This is a best prospect industry sector for this country. Includes a market overview and trade data.
Last Published: 8/10/2017

Overview

Safety and Security in Brazil

 

2014

2015

2016 (estimated)

2017
(estimated)

Total Market Size

$24,000

$26,000

$28,600

$26,240

Total Local Production

$20,400

$23,100

$25,300

$22,270

Total Exports

$180

$170

$187

$170

Total Imports
(Electronic Products)

$3,600

$3,900

$4,290

$3,800

Imports from the U.S.

$1,600

$1,800

$1,980

$1,800

Statistical data are unofficial estimates from trade sources
- Note: exchange rate US$1 - R $3.1
- Unit: US$ thousands


Brazil has an extensive and well-developed security market that should be followed closely by U.S. companies. Despite political and economic uncertainties which have featured over the last two years, Brazil continues to experience double digit growth in this sector.
 
While the current economic recession is projected to continue through 2017, a slow recovery is expected to unfold into the latter half of 2017, as confidence in macroeconomic policies improves. Spending related to the Olympics and the World Cup has prioritized security services and products, and it is set to continue in the near future. Investments have been made in mass transport systems, with funds being spent on both roads and airports to increase their efficiency, security, and capacity.
 
Opportunities for security suppliers will continue to emerge, as the government continues to focus on infrastructure development in order to drive GDP forward. Local analysts anticipate that the market for security technologies across a wide range of critical national infrastructure segments will continue to grow as the country continues this internal development.
 
The 2013 riots in São Paulo, Brasilia, and Rio de Janeiro highlighted the social instability caused by a lack of spending on social projects and the high cost of hosting international sporting events. This instability and threat from organized crime incentivized the Government of Brazil to invest in security infrastructure.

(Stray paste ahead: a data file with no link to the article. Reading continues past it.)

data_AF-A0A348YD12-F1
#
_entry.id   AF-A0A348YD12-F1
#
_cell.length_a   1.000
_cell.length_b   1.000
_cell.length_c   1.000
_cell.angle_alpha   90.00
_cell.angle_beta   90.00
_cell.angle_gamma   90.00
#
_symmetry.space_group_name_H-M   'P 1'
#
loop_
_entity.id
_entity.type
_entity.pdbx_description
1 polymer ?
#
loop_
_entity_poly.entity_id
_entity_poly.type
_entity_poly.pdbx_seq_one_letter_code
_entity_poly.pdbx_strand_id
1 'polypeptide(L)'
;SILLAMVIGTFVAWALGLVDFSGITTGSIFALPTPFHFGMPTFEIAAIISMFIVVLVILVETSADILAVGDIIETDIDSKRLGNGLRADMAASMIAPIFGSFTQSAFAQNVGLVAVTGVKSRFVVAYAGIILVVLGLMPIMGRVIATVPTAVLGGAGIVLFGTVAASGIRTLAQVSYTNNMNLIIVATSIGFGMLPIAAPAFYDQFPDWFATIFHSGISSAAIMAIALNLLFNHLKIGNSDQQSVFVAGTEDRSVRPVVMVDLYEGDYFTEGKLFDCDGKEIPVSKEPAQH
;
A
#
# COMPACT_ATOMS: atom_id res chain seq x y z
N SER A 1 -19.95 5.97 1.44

Brazil has registered an average annual growth in the security sector of 15 to 20 percent for the last eight years with annual sales around US$26 billion, which includes private security services. The market for electronic security equipment alone, accounts for US$592 million and is expected to more than triple to US$1.8 billion by 2017. Foreign products account for approximately 50 percent of the electronic security total market share, with U.S. products representing half of these imports.
 
The largest clients in the security market are the Government of Brazil (GOB), and financial and commercial institutions. Large investments in the country’s military modernization program are key drivers in the Brazilian security market. Over the next decade, government security programs aim to strengthen border controls, combat organized crime, improve the prison system, create a National Information System for the public security agencies, and reduce crime and the flow of drugs.
 
At the state level, the public security secretariats are also promoting investments in the acquisition of new technologies. Command and control centers have become the “brain and the heart” of the state police agencies, which need to be able to quickly analyze and coordinate responses to ensure the safety of delegations, sports teams, tourists, etc.
 
As in most other industry sectors, to be successful in Brazil foreign manufacturers must either establish themselves in the country or have a local representative. The GOB and the private sector prefer to contact a local representative to handle all import procedures through them, instead of contacting foreign suppliers directly. 
 
Leading Sub-Sectors
 
Below are the areas that currently present the best prospects in the Security market.

Brazil Best Prospects in the Security Market

 

Surveillance Equipment

Access Control

Security Systems

Detection Devices (drug, fire, metal)

Unmanned Aerial Vehicles

Cyber Security (hardware, software)

Personal

Personal security, access control, alarm systems and surveillance circuits

Residential Buildings

 

 

 

Home Security